FBI Warns of Ongoing Exploitation of Fortinet Vulnerabilities by APT Actors

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The Federal Bureau of Investigation (FBI) has issued a Flash Alert warning users of Fortinet Fortigate appliances that Advanced Persistent Threat (APT) groups are targeting devices that have not been patched for three CVEs: CVE-2018-13379, CVE-2019-5591, and CVE-2020-12812.

These are not zero-day vulnerabilities, as patches have been available for some time. Many organizations have been slow to apply the patches and are now being targeted. In early April, the FBI, in conduction with the DHS’ Cybersecurity and Infrastructure Security Agency (CISA) issued a Joint Cybersecurity Advisory warning that the vulnerabilities could be exploited by threat actors to conduct data exfiltration, data encryption, and to pre-position for follow-on attacks.

In the recent Flash Alert, the FBI confirmed that an APT actor has been attempting to exploit the vulnerabilities since at least May 2021, and almost certainly exploited the vulnerabilities to gain access to a webserver hosting the domain for a U.S. municipal government. In that instance, the threat actors most likely created a new account – named elie – for conducting further malicious activities on the network.

Attacks exploiting the vulnerabilities do not appear to be targeted on any specific industry sector, instead the APT actor is simply attempting to exploit unpatched vulnerabilities. To date, victims have been in a broad range of industry sectors.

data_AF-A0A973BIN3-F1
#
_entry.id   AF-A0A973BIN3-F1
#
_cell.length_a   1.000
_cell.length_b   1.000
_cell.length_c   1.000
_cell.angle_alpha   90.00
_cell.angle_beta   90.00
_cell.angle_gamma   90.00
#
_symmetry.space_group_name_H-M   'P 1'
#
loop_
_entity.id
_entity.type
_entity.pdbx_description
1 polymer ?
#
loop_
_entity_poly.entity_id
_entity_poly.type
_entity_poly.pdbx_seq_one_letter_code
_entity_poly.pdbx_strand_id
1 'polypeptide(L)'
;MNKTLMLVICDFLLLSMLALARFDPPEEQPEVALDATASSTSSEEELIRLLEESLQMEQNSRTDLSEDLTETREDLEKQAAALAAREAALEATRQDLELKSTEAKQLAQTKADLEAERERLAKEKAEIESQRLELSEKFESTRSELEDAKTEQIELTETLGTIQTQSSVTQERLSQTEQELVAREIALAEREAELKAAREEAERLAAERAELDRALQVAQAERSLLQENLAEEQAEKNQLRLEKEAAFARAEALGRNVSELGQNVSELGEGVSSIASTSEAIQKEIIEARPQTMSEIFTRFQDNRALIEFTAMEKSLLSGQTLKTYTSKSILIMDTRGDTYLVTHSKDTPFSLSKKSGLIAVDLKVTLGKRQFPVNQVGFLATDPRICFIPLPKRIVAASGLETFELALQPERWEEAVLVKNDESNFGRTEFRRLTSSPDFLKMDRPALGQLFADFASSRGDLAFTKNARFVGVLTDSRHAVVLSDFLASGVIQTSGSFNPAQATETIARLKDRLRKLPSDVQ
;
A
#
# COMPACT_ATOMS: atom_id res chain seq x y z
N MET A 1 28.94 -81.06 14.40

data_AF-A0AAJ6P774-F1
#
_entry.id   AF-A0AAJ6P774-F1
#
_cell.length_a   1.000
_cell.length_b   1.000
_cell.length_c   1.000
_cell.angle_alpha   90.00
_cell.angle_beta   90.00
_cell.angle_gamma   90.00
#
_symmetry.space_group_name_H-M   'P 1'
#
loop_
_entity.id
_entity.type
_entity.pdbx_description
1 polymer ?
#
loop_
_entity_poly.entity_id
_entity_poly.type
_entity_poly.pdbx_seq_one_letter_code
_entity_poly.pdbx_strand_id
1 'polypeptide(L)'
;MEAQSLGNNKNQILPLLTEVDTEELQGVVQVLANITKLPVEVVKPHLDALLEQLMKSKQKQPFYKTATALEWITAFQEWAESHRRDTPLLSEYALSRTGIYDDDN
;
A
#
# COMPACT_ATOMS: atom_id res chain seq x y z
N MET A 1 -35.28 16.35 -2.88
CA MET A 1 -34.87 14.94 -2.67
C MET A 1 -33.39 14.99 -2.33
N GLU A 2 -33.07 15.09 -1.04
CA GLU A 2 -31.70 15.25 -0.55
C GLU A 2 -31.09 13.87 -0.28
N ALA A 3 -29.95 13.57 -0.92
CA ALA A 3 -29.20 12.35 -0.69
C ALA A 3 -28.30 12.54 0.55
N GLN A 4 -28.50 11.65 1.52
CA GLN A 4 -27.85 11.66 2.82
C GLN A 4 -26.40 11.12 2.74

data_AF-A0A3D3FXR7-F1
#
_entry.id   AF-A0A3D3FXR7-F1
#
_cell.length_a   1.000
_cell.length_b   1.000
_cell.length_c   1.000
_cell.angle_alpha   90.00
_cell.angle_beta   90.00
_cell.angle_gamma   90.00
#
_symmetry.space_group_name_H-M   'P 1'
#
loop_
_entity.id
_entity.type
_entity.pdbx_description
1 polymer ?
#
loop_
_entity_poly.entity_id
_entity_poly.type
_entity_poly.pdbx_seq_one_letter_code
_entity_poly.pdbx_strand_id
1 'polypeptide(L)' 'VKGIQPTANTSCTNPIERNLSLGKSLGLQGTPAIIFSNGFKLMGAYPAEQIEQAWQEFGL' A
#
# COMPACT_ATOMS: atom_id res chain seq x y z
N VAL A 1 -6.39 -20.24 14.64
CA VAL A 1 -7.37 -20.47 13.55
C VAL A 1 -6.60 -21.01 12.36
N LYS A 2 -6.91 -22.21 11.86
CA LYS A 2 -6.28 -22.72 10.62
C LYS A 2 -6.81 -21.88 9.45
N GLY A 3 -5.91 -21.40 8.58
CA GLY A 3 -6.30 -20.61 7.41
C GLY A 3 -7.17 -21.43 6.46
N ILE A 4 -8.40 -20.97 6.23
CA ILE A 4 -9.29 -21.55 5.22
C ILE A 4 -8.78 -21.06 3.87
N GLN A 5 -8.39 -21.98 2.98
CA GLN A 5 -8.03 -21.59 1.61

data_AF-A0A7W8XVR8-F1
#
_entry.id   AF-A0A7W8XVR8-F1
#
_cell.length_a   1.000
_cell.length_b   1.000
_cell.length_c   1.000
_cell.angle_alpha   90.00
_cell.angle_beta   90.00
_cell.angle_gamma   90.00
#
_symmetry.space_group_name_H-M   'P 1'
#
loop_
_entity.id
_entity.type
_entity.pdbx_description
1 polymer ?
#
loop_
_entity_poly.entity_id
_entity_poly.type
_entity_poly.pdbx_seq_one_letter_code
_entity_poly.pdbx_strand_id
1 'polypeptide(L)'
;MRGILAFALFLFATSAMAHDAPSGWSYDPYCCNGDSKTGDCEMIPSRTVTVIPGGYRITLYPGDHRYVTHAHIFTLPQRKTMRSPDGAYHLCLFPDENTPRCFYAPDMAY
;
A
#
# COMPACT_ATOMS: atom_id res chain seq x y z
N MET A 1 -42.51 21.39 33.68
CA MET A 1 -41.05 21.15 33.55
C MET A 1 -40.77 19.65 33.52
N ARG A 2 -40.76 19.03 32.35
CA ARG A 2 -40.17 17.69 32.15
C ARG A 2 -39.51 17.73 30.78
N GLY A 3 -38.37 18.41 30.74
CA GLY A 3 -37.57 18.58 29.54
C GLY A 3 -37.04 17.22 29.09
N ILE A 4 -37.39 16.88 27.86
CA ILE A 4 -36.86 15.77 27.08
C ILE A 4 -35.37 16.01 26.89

The APT actor creates new user accounts on domain controllers, servers, workstations, and the active directories. In addition to creating accounts named elie and WADGUtilityAccount, new accounts have been created to look similar to legitimate existing accounts on the network and have been specific to each victim organization.

The APT actor is known to make modifications to the Task Scheduler that may display as unrecognized scheduled tasks or ‘actions’, in particular, associated with SynchronizeTimeZone. Several tools have been used in the attacks, including Mimikatz for credential theft, MinerGate for cryptocurrency mining, WinPEAS for privilege escalation, SharpWMI for Windows Management Instrumentation, BitLocker for data encryption, and FileZilla for file transfers, with outbound FTP transfers identified over port 443.

Users of Fortigate appliances should ensure that patches are applied as soon as possible to correct the above vulnerabilities, and non FortiOS users should add key artifact files used by FortiOS to execution denylists to block any attempts to run FortiOS and its associated files.

Since exploitation may have already occurred, system administrators should review domain controllers, servers, workstations, and active directories for new or unrecognized user accounts and Task Scheduler should be reviewed for any unrecognized scheduled tasks. The FBI also recommends manually reviewing operating system defined or recognized scheduled tasks for unrecognized “actions.” Antivirus logs should also be reviewed for indications that they were unexpectedly turned off.

Further mitigations to deal with the threat are detailed in the Flash Alert, a copy of which is available from the American Hospital Association on this link.

Author: Steve Alder has many years of experience as a journalist, and comes from a background in market research. He is a specialist on legal and regulatory affairs, and has several years of experience writing about HIPAA. Steve holds a B.Sc. from the University of Liverpool.

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